The Supreme Court of Ireland (Cúirt Uachtarach na hÉireann) is an important institution in Irish government and politics. Unlike its UK equivalent, the Irish Supreme Court has long held the explicit power to nullify parliamentary legislation that it finds repugnant to the Irish Constitution. In the 1960s, the Court became increasingly assertive, and since then it has been heavily involved in issues of public controversy including abortion, contraception, and criminal justice. Nevertheless, the Irish Supreme Court is not well understood beyond a narrow sphere of lawyers who come into direct contact with it.
One of the great virtues of legal blogs is that, in tandem with the traditional media, they can help to open up the workings of legal systems to wider audiences. Court blogs like UKSC Blog and SCOTUS Blog are terrific resources for understanding their respective Supreme Courts, and every Supreme Court should have (at least) one. But when I returned to live in my native Ireland last year after several years in the United Kingdom and the United States, I found that there was no equivalent for the Irish Supreme Court. I thought that was a shame, and I set about remedying the gap. Ex Tempore is the result.
I hope that many UKSC Blog readers will subscribe to Ex Tempore, or at least take a look once in a while. A couple of weeks in, there’s already plenty to interest the UK lawyer. The legal systems of Ireland and the UK, for example, come into direct contact in extradition cases. In a recent Irish Supreme Court case, English prosecutors successfully overcame a double jeopardy argument and procured the extradition of a previously-acquitted defendant to the UK for a second prosecution. And my first guest poster, Tom O’Malley, has engaged in a sustained comparative analysis of English and Irish drugs sentencing law.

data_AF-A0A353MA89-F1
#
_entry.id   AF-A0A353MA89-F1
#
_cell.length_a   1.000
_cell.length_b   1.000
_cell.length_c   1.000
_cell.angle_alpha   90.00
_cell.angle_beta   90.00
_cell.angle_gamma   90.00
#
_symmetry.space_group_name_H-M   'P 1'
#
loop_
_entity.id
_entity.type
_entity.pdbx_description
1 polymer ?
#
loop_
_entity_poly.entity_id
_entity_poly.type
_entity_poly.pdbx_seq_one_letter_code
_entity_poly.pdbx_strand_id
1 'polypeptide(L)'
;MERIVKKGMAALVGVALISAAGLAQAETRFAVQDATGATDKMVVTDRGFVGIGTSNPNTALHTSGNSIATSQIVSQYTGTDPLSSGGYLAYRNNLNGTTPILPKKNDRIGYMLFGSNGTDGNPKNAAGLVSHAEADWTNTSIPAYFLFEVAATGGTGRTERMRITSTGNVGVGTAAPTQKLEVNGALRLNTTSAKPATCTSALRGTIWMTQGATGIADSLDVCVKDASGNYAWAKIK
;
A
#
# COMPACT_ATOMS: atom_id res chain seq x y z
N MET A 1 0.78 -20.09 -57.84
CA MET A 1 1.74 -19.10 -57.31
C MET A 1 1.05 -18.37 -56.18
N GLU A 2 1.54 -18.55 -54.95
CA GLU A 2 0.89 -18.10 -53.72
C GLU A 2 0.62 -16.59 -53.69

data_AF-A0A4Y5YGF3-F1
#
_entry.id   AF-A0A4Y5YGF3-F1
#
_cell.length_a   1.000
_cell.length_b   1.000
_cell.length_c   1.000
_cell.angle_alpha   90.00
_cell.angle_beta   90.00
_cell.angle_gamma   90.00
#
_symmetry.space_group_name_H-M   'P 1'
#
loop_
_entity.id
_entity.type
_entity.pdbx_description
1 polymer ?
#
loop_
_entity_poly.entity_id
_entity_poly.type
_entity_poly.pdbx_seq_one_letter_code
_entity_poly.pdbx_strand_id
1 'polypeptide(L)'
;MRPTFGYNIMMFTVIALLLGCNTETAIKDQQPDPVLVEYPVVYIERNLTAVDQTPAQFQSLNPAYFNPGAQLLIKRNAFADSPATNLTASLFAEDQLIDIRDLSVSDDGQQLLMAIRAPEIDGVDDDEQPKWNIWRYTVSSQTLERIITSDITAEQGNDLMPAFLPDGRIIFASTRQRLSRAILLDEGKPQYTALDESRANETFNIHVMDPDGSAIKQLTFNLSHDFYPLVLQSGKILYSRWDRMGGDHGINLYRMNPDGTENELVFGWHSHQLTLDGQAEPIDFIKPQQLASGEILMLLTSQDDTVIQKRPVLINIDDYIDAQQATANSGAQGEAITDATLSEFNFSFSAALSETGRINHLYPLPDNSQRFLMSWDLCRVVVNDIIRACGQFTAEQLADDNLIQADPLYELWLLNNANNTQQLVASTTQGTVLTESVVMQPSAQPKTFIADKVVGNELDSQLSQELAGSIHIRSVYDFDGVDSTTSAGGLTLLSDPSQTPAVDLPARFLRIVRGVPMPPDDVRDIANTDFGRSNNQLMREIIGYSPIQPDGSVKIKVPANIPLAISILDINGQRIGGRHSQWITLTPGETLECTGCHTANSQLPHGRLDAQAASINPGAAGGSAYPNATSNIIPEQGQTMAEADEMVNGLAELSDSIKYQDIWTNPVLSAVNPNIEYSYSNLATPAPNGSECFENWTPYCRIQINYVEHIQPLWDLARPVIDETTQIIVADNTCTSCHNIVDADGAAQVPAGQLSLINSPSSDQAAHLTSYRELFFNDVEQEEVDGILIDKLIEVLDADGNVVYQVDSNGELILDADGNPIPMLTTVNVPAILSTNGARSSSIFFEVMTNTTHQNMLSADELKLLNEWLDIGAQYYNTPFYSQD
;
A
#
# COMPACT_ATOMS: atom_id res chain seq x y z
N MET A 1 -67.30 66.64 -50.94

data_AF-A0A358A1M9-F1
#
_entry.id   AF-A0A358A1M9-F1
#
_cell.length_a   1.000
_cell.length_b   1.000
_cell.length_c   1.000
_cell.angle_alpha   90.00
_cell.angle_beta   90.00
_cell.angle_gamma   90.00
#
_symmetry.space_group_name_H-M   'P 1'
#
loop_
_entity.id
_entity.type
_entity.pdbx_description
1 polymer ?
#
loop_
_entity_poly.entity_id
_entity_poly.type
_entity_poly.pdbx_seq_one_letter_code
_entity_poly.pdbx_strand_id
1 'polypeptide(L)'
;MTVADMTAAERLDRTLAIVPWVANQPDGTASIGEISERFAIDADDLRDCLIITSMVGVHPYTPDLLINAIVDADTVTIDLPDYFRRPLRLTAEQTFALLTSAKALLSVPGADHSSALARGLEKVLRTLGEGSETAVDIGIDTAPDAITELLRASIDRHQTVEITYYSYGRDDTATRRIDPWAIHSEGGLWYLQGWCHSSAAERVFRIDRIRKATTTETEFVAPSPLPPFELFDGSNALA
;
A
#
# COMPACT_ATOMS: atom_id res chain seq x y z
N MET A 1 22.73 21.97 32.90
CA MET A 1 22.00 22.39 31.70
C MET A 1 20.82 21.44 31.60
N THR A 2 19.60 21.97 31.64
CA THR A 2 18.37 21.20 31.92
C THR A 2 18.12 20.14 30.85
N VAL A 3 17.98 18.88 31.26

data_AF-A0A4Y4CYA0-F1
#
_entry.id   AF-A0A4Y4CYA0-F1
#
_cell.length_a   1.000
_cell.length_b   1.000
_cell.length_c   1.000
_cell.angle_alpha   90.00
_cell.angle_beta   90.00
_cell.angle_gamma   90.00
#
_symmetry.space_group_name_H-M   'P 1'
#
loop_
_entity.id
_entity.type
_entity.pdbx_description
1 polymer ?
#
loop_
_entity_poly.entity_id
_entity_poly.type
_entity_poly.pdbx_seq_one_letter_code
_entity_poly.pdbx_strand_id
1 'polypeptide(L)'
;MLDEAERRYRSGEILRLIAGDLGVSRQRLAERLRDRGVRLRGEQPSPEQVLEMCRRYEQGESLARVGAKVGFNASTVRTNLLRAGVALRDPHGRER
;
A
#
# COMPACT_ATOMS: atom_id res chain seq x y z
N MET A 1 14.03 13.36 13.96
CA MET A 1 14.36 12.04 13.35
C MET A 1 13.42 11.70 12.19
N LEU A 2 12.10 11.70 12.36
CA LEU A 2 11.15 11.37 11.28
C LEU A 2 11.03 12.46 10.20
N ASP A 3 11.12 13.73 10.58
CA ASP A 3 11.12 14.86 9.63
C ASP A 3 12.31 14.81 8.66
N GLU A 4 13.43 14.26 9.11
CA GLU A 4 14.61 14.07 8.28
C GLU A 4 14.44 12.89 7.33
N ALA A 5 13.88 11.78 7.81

More broadly, as common-law courts in Europe, the Supreme Courts of Ireland and the United Kingdom face a whole series of common questions and problems. Both courts effectively share authority with the European Court of Justice (ECJ) and the European Court of Human Rights. Relationships with Strasbourg loom large at the moment; just as the UK is required to give at least some prisoners the right to vote, Ireland will have to respond to December’s ruling that Irish abortion laws violate the Convention on Human Rights. In the future, as the European Union gains further competences beyond the economic sphere, the scope of the ECJ’s authority is likely to raise even deeper questions about the role of national courts. In this climate, it’s all the more important that legal blogs like UKSC Blog and Ex Tempore provide broader perspectives, including transnational ones, on judicial decisions.